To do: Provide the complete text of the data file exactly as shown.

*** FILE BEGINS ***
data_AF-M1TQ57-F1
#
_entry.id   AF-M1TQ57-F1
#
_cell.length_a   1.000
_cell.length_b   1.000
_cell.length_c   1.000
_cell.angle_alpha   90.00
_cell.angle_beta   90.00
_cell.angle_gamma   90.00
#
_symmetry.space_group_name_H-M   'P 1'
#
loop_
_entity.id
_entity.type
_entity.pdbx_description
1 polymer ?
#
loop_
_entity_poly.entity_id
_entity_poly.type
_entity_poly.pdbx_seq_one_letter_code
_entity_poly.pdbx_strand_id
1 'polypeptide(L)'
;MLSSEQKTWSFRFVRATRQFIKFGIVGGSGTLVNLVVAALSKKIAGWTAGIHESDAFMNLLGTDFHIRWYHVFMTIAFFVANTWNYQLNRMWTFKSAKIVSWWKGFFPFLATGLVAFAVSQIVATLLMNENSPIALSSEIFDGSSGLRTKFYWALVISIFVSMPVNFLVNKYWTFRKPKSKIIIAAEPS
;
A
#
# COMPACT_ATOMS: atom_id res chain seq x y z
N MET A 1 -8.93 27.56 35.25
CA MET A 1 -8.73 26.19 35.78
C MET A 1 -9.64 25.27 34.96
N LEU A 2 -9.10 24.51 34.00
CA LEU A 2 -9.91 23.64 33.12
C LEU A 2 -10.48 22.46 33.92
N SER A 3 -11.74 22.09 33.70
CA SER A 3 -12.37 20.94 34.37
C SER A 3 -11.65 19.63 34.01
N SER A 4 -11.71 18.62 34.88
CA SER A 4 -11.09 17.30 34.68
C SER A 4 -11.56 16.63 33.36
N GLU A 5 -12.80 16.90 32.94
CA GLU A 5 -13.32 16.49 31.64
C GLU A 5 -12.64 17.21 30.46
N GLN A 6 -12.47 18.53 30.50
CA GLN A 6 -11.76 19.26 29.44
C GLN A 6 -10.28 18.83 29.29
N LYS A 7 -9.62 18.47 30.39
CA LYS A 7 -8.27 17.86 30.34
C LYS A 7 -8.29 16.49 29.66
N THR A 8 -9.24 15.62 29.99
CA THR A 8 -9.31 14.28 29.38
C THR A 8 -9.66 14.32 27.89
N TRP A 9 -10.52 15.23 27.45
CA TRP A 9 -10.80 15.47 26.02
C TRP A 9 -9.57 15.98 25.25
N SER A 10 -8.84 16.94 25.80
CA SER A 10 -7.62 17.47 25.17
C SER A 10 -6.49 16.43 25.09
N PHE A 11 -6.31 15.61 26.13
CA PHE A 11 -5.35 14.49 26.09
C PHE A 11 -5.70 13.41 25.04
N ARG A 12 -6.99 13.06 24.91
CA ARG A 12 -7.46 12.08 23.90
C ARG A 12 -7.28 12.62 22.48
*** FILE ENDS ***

data_AF-M1TQ57-F1
#
_entry.id   AF-M1TQ57-F1
#
_cell.length_a   1.000
_cell.length_b   1.000
_cell.length_c   1.000
_cell.angle_alpha   90.00
_cell.angle_beta   90.00
_cell.angle_gamma   90.00
#
_symmetry.space_group_name_H-M   'P 1'
#
loop_
_entity.id
_entity.type
_entity.pdbx_description
1 polymer ?
#
loop_
_entity_poly.entity_id
_entity_poly.type
_entity_poly.pdbx_seq_one_letter_code
_entity_poly.pdbx_strand_id
1 'polypeptide(L)'
;MLSSEQKTWSFRFVRATRQFIKFGIVGGSGTLVNLVVAALSKKIAGWTAGIHESDAFMNLLGTDFHIRWYHVFMTIAFFVANTWNYQLNRMWTFKSAKIVSWWKGFFPFLATGLVAFAVSQIVATLLMNENSPIALSSEIFDGSSGLRTKFYWALVISIFVSMPVNFLVNKYWTFRKPKSKIIIAAEPS
;
A
#
# COMPACT_ATOMS: atom_id res chain seq x y z
N MET A 1 -8.93 27.56 35.25
CA MET A 1 -8.73 26.19 35.78
C MET A 1 -9.64 25.27 34.96
N LEU A 2 -9.10 24.51 34.00
CA LEU A 2 -9.91 23.64 33.12
C LEU A 2 -10.48 22.46 33.92
N SER A 3 -11.74 22.09 33.70
CA SER A 3 -12.37 20.94 34.37
C SER A 3 -11.65 19.63 34.01
N SER A 4 -11.71 18.62 34.88
CA SER A 4 -11.09 17.30 34.68
C SER A 4 -11.56 16.63 33.36
N GLU A 5 -12.80 16.90 32.94
CA GLU A 5 -13.32 16.49 31.64
C GLU A 5 -12.64 17.21 30.46
N GLN A 6 -12.47 18.53 30.50
CA GLN A 6 -11.76 19.26 29.44
C GLN A 6 -10.28 18.83 29.29
N LYS A 7 -9.62 18.47 30.39
CA LYS A 7 -8.27 17.86 30.34
C LYS A 7 -8.29 16.49 29.66
N THR A 8 -9.24 15.62 29.99
CA THR A 8 -9.31 14.28 29.38
C THR A 8 -9.66 14.32 27.89
N TRP A 9 -10.52 15.23 27.45
CA TRP A 9 -10.80 15.47 26.02
C TRP A 9 -9.57 15.98 25.25
N SER A 10 -8.84 16.94 25.80
CA SER A 10 -7.62 17.47 25.17
C SER A 10 -6.49 16.43 25.09
N PHE A 11 -6.31 15.61 26.13
CA PHE A 11 -5.35 14.49 26.09
C PHE A 11 -5.70 13.41 25.04
N ARG A 12 -6.99 13.06 24.91
CA ARG A 12 -7.46 12.08 23.90
C ARG A 12 -7.28 12.62 22.48